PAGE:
The next time you or one of your sale team is about to hang up the phone with someone you weren’t able to advance (or whose opportunity you lost), ask a non-sales question that helps you understand what is important to themt. Then offer to share relevant content that will help them (with no strings attached), and ask if they’d be okay with you adding them to your blog subscription/distribution list. This additional ask helps us to understand their situation better, and be able to better personalize marketing to them.
5. Engage—That Means Be Helpful—On Social Media
Ah, social media, the place where salespeople go to hide when they don’t want to do real work. While social media activity done badly masquerades as progress, when it’s done properly, it’s quite effective at generating top-of-funnel engagement.
The problem that I’ve seen with most “social selling” is that it’s too heavily focused on promotion or direct prospecting. That kind of social media use is the modern-day equivalent of the trade show sales rep who shows up and says, “Here’s my card,” to anyone who will acknowledge their existence.
A far more effective strategy is to engage: be a human; share insights (not just rants) that contribute to the greater conversation, and find ways to be helpful. Social media (like all things) requires investment in building relevant relationships before it pays off with sales opportunities and revenue.
Sales Operations: the Missing Piece
As with most things in business, ideas are great, but the devil lies in the execution. There’s no question that salespeople encounter numerous top-of-funnel engagement opportunities every day. The challenge is turning those “touches” into identified names at the top of the funnel.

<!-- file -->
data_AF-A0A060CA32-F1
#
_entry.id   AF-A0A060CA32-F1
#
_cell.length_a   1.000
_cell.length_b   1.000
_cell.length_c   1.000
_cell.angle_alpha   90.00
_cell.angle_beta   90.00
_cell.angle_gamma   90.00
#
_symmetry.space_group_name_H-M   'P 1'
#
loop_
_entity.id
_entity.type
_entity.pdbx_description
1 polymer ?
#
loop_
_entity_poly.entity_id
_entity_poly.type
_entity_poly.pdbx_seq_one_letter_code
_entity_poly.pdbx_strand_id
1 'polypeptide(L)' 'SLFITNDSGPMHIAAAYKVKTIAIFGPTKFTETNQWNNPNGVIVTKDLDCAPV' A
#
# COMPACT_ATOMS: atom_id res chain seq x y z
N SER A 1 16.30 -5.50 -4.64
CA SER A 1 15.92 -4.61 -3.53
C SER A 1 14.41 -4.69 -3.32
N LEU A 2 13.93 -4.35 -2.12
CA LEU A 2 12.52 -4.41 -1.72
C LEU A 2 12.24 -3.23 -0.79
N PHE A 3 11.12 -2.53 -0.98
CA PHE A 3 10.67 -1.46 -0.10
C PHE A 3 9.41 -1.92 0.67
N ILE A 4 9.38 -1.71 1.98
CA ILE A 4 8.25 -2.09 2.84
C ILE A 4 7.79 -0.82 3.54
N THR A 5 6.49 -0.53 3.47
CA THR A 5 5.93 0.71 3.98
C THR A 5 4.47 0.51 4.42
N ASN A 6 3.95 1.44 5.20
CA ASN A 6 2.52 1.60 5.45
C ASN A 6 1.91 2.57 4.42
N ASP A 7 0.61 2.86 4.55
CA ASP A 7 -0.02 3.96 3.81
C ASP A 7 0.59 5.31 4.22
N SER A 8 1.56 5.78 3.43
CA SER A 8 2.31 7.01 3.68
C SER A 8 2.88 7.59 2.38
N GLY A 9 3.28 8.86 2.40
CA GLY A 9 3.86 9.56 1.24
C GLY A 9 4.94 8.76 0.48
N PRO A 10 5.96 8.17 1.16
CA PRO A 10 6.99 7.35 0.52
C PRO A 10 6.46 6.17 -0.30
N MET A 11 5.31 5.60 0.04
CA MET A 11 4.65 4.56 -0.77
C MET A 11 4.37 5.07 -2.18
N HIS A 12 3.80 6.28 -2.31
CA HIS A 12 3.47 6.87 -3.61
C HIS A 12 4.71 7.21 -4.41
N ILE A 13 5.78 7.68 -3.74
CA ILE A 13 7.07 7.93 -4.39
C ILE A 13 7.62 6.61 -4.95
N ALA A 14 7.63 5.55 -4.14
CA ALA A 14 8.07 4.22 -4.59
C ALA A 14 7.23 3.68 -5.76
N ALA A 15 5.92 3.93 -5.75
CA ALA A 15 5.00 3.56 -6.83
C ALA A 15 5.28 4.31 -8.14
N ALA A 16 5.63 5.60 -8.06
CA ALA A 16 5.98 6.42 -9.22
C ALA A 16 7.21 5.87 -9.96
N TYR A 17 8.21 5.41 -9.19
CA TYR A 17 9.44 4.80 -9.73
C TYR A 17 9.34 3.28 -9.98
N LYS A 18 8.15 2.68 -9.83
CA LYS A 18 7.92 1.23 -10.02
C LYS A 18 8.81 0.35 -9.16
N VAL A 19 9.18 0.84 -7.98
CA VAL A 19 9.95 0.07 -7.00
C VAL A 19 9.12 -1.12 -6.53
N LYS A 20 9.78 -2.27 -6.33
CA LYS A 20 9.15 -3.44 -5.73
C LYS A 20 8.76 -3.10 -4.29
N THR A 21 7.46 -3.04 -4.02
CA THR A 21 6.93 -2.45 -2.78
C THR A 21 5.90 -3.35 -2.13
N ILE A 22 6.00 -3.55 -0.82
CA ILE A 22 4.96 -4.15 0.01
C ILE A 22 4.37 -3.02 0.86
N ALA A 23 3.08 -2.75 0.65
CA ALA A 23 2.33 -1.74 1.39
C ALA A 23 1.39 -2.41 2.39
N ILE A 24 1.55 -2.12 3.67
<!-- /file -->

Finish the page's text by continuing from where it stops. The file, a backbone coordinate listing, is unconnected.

This is where sales operations comes in. Three things must happen to capture and nurture these opportunities:
- It must be easy for sales reps to add and code names in the database/CRM so they’re managed properly.
- The process that will be used must be clearly communicated to sales reps, so they’re comfortable with how things will work and understand the impact and value of the process.
- The process must be communicated to marketing (and other players) as well, lest they inflict poor lead-nurturing experiences on the prospect. I know a situation where a business owner was very angry that sales reps weren’t adding new names to their database. When I talked with the reps, they had valid reasons why they didn’t. First, names in the database got deluged by overzealous marketers, and second, if one name turned into a lead, it would more likely than not be assigned to a different rep, with no credit or acknowledgement to the rep who originally added the name.
No one in a company has more opportunity to create meaningful engagements at the top of the funnel than the sales team. A strong process, with reinforcement can enable you to capture that value and generate more profitable demand for your business in the future.